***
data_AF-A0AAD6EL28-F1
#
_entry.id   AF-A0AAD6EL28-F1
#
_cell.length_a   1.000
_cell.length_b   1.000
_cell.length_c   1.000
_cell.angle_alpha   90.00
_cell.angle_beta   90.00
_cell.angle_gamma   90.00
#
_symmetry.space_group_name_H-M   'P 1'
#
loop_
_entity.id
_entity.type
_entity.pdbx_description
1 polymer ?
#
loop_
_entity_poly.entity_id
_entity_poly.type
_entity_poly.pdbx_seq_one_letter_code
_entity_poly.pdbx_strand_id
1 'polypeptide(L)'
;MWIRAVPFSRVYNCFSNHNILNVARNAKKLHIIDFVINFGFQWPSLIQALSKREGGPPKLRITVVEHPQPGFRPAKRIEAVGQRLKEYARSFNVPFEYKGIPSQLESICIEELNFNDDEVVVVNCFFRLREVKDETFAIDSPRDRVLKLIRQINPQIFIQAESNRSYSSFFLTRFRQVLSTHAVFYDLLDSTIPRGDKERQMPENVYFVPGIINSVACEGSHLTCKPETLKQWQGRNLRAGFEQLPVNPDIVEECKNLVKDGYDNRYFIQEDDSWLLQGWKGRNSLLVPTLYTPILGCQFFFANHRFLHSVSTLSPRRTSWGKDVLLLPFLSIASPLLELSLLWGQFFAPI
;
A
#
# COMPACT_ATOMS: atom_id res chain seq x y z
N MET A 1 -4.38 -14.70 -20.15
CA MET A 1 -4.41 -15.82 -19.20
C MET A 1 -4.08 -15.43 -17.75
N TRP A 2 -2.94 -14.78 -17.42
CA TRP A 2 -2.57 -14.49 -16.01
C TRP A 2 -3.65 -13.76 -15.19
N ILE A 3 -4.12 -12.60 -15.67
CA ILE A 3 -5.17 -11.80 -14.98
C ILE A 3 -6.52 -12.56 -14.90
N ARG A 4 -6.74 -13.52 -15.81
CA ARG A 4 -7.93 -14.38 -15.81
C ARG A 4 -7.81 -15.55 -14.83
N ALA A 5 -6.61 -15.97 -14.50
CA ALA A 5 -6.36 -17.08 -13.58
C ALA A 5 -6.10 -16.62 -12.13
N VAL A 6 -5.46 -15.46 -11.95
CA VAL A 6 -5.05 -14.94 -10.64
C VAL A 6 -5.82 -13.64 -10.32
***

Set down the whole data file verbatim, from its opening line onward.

data_AF-A0AAD6EL28-F1
#
_entry.id   AF-A0AAD6EL28-F1
#
_cell.length_a   1.000
_cell.length_b   1.000
_cell.length_c   1.000
_cell.angle_alpha   90.00
_cell.angle_beta   90.00
_cell.angle_gamma   90.00
#
_symmetry.space_group_name_H-M   'P 1'
#
loop_
_entity.id
_entity.type
_entity.pdbx_description
1 polymer ?
#
loop_
_entity_poly.entity_id
_entity_poly.type
_entity_poly.pdbx_seq_one_letter_code
_entity_poly.pdbx_strand_id
1 'polypeptide(L)'
;MWIRAVPFSRVYNCFSNHNILNVARNAKKLHIIDFVINFGFQWPSLIQALSKREGGPPKLRITVVEHPQPGFRPAKRIEAVGQRLKEYARSFNVPFEYKGIPSQLESICIEELNFNDDEVVVVNCFFRLREVKDETFAIDSPRDRVLKLIRQINPQIFIQAESNRSYSSFFLTRFRQVLSTHAVFYDLLDSTIPRGDKERQMPENVYFVPGIINSVACEGSHLTCKPETLKQWQGRNLRAGFEQLPVNPDIVEECKNLVKDGYDNRYFIQEDDSWLLQGWKGRNSLLVPTLYTPILGCQFFFANHRFLHSVSTLSPRRTSWGKDVLLLPFLSIASPLLELSLLWGQFFAPI
;
A
#
# COMPACT_ATOMS: atom_id res chain seq x y z
N MET A 1 -4.38 -14.70 -20.15
CA MET A 1 -4.41 -15.82 -19.20
C MET A 1 -4.08 -15.43 -17.75
N TRP A 2 -2.94 -14.78 -17.42
CA TRP A 2 -2.57 -14.49 -16.01
C TRP A 2 -3.65 -13.76 -15.19
N ILE A 3 -4.12 -12.60 -15.67
CA ILE A 3 -5.17 -11.80 -14.98
C ILE A 3 -6.52 -12.56 -14.90
N ARG A 4 -6.74 -13.52 -15.81
CA ARG A 4 -7.93 -14.38 -15.81
C ARG A 4 -7.81 -15.55 -14.83
N ALA A 5 -6.61 -15.97 -14.50
CA ALA A 5 -6.36 -17.08 -13.58
C ALA A 5 -6.10 -16.62 -12.13
N VAL A 6 -5.46 -15.46 -11.95
CA VAL A 6 -5.05 -14.94 -10.64
C VAL A 6 -5.82 -13.64 -10.32